The morning's work went as normal. Carrington patiently counted and charted spots, time-lining changes in their positions with a chronometer. Then he saw something unusual.

Richard Carrington's 1859 drawing of the solar flares he identified while sunspot watching. The "intensely bright" patches are marked A and B. SAO/Nasa Astrophysics

"Two patches of intensely bright and white light broke out," he later wrote. Carrington puzzled over the flashes. "My first impression was that by some chance a ray of light had penetrated a hole in the screen attached to the object-glass," he explained, given that "the brilliancy was fully equal to that of direct sun-light."

The astronomer checked his gear. He moved the apparatus around a bit. To his surprise, the intense white patches stayed put. Realizing that he was an "unprepared witness of a very different affair," Carrington ran out of his studios to find a second observer. But when he brought this person back, he was "mortified to find" that the bright sections were "already much changed and enfeebled."

"Very shortly afterwards the last trace was gone," Carrington wrote. He kept watch on the region for another hour, but saw nothing more. Meanwhile, the explosive energy that he had seen rushed towards him and everyone else on earth.
Better than batteries

It hit quickly. Twelve hours after Carrington's discovery and a continent away, "We were high up on the Rocky Mountains sleeping in the open air," wrote a correspondent to the Rocky Mountain News. "A little after midnight we were awakened by the auroral light, so bright that one could easily read common print." As the sky brightened further, some of the party began making breakfast on the mistaken assumption that dawn had arrived.

Related links - Earth’s Magnetic Poles Show Signs They’re about to Flip; Effects Could Be Extremely Significant - Links and Commentary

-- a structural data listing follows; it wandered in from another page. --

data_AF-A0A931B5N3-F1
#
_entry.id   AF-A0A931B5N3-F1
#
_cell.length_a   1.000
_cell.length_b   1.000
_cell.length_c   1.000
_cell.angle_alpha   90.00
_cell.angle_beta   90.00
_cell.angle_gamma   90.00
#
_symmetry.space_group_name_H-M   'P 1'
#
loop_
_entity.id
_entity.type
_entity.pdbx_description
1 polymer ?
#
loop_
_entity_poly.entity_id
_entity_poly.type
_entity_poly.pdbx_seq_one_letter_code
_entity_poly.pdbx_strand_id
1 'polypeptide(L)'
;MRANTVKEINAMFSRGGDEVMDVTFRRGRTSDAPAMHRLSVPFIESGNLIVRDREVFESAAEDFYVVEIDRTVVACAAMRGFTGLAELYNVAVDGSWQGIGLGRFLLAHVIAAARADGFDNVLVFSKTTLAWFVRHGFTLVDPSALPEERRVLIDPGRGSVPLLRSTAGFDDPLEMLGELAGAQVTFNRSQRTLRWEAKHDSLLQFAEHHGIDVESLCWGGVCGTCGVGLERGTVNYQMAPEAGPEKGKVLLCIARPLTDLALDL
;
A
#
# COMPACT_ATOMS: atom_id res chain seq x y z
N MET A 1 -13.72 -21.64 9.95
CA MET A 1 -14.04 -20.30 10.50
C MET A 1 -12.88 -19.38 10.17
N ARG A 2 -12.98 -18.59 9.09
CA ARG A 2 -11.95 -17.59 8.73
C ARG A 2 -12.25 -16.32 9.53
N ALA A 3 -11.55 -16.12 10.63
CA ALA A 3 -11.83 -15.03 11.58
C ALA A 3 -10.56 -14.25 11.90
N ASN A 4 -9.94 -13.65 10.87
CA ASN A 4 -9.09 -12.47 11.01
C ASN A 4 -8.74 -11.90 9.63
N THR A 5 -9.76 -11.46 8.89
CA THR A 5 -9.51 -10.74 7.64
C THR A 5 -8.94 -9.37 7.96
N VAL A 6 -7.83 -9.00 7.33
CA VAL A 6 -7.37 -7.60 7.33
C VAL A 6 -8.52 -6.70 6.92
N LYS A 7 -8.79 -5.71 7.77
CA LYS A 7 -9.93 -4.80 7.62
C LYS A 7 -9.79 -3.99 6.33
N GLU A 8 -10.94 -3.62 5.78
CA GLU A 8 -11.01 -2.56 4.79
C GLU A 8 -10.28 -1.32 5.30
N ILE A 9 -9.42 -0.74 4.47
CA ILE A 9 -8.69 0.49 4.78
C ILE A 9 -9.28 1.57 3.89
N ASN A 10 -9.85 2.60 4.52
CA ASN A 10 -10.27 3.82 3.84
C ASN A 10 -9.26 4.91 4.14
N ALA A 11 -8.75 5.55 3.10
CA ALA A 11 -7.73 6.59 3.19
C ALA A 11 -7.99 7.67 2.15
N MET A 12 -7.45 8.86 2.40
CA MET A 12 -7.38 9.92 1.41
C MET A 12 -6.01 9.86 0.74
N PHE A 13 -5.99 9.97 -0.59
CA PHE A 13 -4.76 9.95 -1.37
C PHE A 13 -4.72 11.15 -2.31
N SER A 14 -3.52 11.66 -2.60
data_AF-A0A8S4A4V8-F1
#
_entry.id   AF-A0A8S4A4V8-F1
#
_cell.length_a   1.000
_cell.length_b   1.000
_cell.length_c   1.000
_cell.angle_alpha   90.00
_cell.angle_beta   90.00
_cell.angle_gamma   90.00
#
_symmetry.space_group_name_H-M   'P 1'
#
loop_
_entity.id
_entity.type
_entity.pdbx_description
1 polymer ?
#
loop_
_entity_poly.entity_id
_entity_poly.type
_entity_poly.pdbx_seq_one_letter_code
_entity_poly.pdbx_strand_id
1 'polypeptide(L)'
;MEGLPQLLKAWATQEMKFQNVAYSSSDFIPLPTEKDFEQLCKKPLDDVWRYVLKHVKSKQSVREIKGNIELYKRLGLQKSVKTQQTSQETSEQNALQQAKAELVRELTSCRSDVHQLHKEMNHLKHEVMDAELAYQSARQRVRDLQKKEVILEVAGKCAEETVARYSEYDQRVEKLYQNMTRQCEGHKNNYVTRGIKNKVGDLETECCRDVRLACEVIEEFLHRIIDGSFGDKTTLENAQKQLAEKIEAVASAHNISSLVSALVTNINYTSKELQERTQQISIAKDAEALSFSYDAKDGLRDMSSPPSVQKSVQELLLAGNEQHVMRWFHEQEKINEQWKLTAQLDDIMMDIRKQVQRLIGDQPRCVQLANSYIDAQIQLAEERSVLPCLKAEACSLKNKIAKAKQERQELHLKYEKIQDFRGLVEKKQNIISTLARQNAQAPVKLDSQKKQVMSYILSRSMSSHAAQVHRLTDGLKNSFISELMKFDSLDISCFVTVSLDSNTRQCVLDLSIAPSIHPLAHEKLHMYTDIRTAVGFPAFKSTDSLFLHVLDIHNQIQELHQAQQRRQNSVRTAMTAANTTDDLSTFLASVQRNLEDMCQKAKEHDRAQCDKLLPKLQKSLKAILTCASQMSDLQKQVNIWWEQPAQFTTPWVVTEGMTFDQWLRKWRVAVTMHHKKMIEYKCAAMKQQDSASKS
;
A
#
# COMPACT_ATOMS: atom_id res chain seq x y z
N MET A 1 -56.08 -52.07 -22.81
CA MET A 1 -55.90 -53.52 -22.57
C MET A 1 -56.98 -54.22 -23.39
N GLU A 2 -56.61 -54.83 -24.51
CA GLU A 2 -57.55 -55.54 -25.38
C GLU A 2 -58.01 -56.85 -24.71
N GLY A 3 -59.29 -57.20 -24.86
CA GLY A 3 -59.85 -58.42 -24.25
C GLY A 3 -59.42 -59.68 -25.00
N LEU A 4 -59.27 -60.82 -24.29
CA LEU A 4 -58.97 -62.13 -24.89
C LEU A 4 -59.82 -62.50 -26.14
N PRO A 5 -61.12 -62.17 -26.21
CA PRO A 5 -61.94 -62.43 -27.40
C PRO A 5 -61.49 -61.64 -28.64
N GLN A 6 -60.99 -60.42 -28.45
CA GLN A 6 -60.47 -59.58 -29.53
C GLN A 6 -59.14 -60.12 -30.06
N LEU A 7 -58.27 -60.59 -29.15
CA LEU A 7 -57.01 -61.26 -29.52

Across the United States and Europe, telegraph operators struggled to keep service going as the electromagnetic gusts enveloped the globe. In 1859, the US telegraph system was about 20 years old, and Cyrus Field had just built his transatlantic cable from Newfoundland to Ireland, which would not succeed in transmitting messages until after the American Civil War.

"Never in my experience of fifteen years in working telegraph lines have I witnessed anything like the extraordinary effect of the Aurora Borealis between Quebec and Father Point last night," wrote one telegraph manager to the Rochester Union & Advertiser on August 30:

The line was in most perfect order, and well skilled operators worked incessantly from 8 o'clock last evening till one this morning to get over in an intelligible form four hundred words of the report per steamer Indian for the Associated Press, and at the latter hour so completely were the wires under the influence of the Aurora Borealis that it was found utterly impossible to communicate between the telegraph stations, and the line had to be closed.

But if the following newspaper transcript of a telegraph operator exchange between Portland and Boston is to be believed, some plucky telegraphers improvised, letting the storm do the work that their disrupted batteries couldn't:

Boston operator, (to Portland operator) - "Please cut off your battery entirely from the line for fifteen minutes."

Portland operator - "Will do so. It is now disconnected."